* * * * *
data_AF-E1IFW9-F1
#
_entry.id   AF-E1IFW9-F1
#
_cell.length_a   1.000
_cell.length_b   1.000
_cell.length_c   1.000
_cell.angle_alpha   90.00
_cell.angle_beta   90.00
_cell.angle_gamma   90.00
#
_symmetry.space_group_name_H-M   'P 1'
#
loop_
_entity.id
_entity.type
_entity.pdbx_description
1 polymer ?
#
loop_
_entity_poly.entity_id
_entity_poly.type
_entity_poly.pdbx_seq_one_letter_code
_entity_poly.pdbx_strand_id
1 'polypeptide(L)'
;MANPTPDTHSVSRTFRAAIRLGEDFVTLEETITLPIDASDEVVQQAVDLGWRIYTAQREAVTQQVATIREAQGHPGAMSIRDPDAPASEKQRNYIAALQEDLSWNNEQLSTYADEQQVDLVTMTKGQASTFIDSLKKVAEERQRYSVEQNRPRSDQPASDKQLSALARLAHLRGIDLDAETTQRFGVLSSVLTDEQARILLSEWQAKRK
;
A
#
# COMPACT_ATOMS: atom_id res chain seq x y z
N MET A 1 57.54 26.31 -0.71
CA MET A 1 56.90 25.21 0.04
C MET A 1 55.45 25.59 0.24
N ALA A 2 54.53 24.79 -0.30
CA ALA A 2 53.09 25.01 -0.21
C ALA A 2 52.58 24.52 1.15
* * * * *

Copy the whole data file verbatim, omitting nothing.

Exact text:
data_AF-E1IFW9-F1
#
_entry.id   AF-E1IFW9-F1
#
_cell.length_a   1.000
_cell.length_b   1.000
_cell.length_c   1.000
_cell.angle_alpha   90.00
_cell.angle_beta   90.00
_cell.angle_gamma   90.00
#
_symmetry.space_group_name_H-M   'P 1'
#
loop_
_entity.id
_entity.type
_entity.pdbx_description
1 polymer ?
#
loop_
_entity_poly.entity_id
_entity_poly.type
_entity_poly.pdbx_seq_one_letter_code
_entity_poly.pdbx_strand_id
1 'polypeptide(L)'
;MANPTPDTHSVSRTFRAAIRLGEDFVTLEETITLPIDASDEVVQQAVDLGWRIYTAQREAVTQQVATIREAQGHPGAMSIRDPDAPASEKQRNYIAALQEDLSWNNEQLSTYADEQQVDLVTMTKGQASTFIDSLKKVAEERQRYSVEQNRPRSDQPASDKQLSALARLAHLRGIDLDAETTQRFGVLSSVLTDEQARILLSEWQAKRK
;
A
#
# COMPACT_ATOMS: atom_id res chain seq x y z
N MET A 1 57.54 26.31 -0.71
CA MET A 1 56.90 25.21 0.04
C MET A 1 55.45 25.59 0.24
N ALA A 2 54.53 24.79 -0.30
CA ALA A 2 53.09 25.01 -0.21
C ALA A 2 52.58 24.52 1.15